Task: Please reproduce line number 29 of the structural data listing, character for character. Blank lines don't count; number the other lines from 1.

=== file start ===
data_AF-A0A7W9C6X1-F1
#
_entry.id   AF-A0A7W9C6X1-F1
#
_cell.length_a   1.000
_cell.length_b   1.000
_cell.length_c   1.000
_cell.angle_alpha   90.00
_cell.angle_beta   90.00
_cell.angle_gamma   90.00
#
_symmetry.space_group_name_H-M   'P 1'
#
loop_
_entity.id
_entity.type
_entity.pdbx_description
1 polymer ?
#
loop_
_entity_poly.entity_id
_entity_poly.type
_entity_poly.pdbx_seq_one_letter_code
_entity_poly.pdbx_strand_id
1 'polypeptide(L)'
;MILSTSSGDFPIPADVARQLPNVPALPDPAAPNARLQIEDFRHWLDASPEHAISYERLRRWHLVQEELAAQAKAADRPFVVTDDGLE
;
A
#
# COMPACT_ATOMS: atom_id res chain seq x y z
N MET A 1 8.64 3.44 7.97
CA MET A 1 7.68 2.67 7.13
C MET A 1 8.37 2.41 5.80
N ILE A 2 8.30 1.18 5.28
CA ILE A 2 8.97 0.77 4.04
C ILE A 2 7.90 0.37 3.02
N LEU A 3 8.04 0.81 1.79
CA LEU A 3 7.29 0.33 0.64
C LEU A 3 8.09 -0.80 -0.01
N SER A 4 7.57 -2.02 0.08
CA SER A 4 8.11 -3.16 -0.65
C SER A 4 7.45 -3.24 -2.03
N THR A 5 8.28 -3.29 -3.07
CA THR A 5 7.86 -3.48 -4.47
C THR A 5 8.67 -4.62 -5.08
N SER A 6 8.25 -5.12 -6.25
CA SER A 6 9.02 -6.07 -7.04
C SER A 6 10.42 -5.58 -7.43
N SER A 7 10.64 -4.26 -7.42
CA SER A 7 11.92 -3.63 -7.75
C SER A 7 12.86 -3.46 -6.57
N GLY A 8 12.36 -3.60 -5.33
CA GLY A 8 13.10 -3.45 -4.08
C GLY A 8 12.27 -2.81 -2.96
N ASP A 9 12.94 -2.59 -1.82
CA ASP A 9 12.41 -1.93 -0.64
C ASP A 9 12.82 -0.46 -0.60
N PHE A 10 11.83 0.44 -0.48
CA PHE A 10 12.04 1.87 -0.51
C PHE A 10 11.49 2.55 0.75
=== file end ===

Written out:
#